Sacred Spaces: An Exhibit of Churches in Art

An exhibit of inspirational paintings and drawings of churches was displayed at the Rosenberg Library. This unique show featured twenty-five works by six different artists, all but one of whom resided in Galveston. These artists utilized a variety of media — including oil, watercolor, pen-and-ink, and sepia — to create the church depictions. An array of styles is also present, ranging from detailed architectural sketches to abstract cubism. While five of the images are of churches in Galveston, many of the works are of churches the artists visited all around the world.

 Sacred Spaces: An Exhibit of Churches in Art
Santa Maria della Salute (Venice) by Boyer Gonzales, Sr., 1908

Ten paintings in the show were done by one of Galveston’s most famous artists, Boyer Gonzales, Sr. (1864 – 1934). Three of these are of Trinity Episcopal Church, where Gonzales was a lifelong parishioner. The other seven works by Gonzales show views of St. Mark Cathedral and Santa Maria della Salute in Venice, Italy. These watercolors were done while Gonzales was on his honeymoon in 1908.

Emil Bunjes (1902 – 1974) produced countless sketches and paintings of Galveston scenes during his life. His pen-and-ink drawings capture some of the city’s most well known sites and structures with great detail. Bunjes’s St. Patrick Church will be easily recognizable to native Galvestonians, and his Chapel at Ursuline Convent depicts a once-beautiful building that was demolished in the late 1960s.

Clyde Harold Wortham (1909 – 1974) was born in Oklahoma but moved to Galveston during his youth. A graduate of Ball High School, Wortham went on to study at the Yard School of Art in Washington, D.C. and the Art Students League in Woodstock, New York. Much of Wortham’s adult life was spent abroad, where he was well known as both a painter and an authority on art restoration. In his miniature painting, The Certosa, Wortham’s talent in capturing the dimensions of light and shadow is evident.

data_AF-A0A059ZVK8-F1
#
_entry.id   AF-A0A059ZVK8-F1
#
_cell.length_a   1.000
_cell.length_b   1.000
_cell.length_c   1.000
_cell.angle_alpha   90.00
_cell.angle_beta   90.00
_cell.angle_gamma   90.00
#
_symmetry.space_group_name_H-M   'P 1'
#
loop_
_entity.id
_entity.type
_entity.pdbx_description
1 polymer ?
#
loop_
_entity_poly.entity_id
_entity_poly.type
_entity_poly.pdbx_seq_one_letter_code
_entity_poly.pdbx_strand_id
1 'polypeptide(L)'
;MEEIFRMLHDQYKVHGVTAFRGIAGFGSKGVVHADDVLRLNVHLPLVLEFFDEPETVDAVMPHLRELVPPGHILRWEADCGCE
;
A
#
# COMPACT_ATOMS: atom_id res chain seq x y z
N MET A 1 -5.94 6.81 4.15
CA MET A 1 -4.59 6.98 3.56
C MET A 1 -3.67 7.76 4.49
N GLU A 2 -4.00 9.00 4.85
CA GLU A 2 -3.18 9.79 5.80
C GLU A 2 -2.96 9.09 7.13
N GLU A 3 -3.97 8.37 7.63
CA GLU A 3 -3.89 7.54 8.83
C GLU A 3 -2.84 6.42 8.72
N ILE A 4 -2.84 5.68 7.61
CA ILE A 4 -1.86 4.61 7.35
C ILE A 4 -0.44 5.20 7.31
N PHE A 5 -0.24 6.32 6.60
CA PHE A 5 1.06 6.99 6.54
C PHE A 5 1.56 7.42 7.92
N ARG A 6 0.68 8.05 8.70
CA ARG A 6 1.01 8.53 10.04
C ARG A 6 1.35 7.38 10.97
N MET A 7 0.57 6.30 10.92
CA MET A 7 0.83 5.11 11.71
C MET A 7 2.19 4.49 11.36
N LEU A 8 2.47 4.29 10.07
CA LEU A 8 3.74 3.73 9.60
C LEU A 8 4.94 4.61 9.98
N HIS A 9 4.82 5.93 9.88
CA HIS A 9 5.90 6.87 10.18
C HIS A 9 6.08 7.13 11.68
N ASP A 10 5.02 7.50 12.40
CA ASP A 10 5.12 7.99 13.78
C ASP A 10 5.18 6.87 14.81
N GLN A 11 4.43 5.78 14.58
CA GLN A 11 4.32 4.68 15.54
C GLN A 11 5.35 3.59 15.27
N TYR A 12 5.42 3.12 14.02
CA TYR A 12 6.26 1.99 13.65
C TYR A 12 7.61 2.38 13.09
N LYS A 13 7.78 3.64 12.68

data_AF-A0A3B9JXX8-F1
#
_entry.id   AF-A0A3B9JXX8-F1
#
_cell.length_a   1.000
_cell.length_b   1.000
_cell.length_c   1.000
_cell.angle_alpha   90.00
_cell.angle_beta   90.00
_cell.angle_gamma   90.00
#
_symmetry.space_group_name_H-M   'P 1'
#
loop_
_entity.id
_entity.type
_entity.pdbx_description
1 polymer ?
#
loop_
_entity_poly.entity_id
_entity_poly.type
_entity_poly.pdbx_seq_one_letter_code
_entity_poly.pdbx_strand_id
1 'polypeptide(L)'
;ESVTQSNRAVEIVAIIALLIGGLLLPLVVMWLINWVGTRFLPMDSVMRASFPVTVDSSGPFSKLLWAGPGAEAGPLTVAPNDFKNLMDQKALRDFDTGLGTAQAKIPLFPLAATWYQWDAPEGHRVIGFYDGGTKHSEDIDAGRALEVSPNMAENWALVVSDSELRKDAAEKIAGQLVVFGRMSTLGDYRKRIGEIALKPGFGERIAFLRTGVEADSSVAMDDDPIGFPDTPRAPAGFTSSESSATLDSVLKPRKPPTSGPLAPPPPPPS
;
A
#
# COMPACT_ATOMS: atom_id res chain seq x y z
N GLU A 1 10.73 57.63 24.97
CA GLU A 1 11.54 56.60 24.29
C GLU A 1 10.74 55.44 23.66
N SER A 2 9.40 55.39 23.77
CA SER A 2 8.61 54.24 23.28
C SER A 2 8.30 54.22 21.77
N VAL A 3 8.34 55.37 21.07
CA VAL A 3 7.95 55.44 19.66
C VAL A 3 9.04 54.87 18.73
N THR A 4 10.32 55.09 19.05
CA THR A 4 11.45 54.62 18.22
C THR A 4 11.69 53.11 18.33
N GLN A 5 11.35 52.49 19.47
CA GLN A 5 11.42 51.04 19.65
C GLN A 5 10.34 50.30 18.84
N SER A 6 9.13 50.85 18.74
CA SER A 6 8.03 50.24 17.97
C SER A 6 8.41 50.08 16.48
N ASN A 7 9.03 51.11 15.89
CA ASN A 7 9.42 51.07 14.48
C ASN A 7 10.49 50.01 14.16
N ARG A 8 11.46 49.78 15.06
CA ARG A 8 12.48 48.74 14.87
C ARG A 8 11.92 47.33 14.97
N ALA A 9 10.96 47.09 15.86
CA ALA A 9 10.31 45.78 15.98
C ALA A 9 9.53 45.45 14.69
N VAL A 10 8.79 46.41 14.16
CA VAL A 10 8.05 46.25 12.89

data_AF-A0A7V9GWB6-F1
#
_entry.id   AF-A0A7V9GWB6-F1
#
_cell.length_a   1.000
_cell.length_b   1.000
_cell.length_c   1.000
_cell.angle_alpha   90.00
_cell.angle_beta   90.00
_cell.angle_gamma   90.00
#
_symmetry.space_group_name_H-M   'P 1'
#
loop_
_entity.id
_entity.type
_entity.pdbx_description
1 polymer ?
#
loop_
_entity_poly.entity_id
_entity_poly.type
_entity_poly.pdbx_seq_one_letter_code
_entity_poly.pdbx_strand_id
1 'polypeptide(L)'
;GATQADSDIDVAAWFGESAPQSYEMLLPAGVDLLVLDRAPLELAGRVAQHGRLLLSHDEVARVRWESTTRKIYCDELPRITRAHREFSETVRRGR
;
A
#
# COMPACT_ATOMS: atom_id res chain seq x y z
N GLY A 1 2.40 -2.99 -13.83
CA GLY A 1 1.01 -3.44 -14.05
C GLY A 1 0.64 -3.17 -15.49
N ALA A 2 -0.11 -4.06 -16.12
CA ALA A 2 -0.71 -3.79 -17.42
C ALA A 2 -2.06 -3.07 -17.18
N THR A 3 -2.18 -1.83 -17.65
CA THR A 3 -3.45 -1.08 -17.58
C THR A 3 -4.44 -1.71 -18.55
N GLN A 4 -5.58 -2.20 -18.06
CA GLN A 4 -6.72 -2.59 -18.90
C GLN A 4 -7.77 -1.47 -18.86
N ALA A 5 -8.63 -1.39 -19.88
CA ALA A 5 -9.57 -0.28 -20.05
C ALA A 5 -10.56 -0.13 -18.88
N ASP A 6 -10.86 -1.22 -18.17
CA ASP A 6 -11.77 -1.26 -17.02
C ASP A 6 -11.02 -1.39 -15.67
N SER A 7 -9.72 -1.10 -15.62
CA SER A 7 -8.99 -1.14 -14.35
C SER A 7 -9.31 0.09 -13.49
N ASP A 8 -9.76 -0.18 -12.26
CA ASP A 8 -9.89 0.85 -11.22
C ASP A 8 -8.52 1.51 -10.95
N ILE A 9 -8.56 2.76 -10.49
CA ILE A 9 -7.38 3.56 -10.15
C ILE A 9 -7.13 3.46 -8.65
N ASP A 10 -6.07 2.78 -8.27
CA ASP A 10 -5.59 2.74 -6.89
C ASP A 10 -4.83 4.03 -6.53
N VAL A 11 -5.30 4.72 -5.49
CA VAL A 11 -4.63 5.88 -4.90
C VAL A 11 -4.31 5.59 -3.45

Sacred Spaces: An Exhibit of Churches in Art
Mission with Four Figures by Joseph A. Cain, ca. 1955

Joseph Alexander Cain (1920 – 1980) is the only artist featured in this exhibit that was not a resident of the Island. Cain was born in Tennesee and served in the U.S. Marine Corps during World War II. After receiving his MFA from the University of California at Berkeley, he began his teaching career in Corpus Christi, Texas. Cain served as chairman of the Art Department at Del Mar College. His cubist watercolor, Mission with Four Figures, was one of the most striking works in the exhibit.

 Sacred Spaces: An Exhibit of Churches in Art
New England Church by Dr. Merlin McGivney, 20th century

Dr. Merlin McGivney (1905 – 1985) was a long time dentist on the island who had a passion for painting. McGivney was an active member of the Galveston Art League and established an endowment through the Rosenberg Library to fund an annual purchase prize for the league’s juried show. Dozens of original works by McGivney are preserved at the Rosenberg Library, and two of his watercolors — New England Churchand Village in Martinique — were among the most vibrant and eye-catching works in the exhibition.

Dr. Charles Marc Pomerat (1905 – 1964) was a native of Massachusetts who came to Galveston in 1943. Pomerat studied at Harvard and Cambridge before accepting a teaching position at the University of Texas Medical Branch. He was a world-renowned anatomist and cytologist who became interested in art and architecture later in life.

 Sacred Spaces: An Exhibit of Churches in Art
Quilt made by the Island Quilt Guild of Galveston Island, 2003

His range of artistic talent was evident in his six works that were included in the exhibit. Pomerat was not only a master of detailed architectural illustration, but he was also able to capture a sense of peaceful ambiance in his fluid watercolor and ink sketches.

Included in the exhibit was a quilt made in 2003 by the Island Quilt Guild, founded in 1991, and which includes the various houses of worship located in Galveston.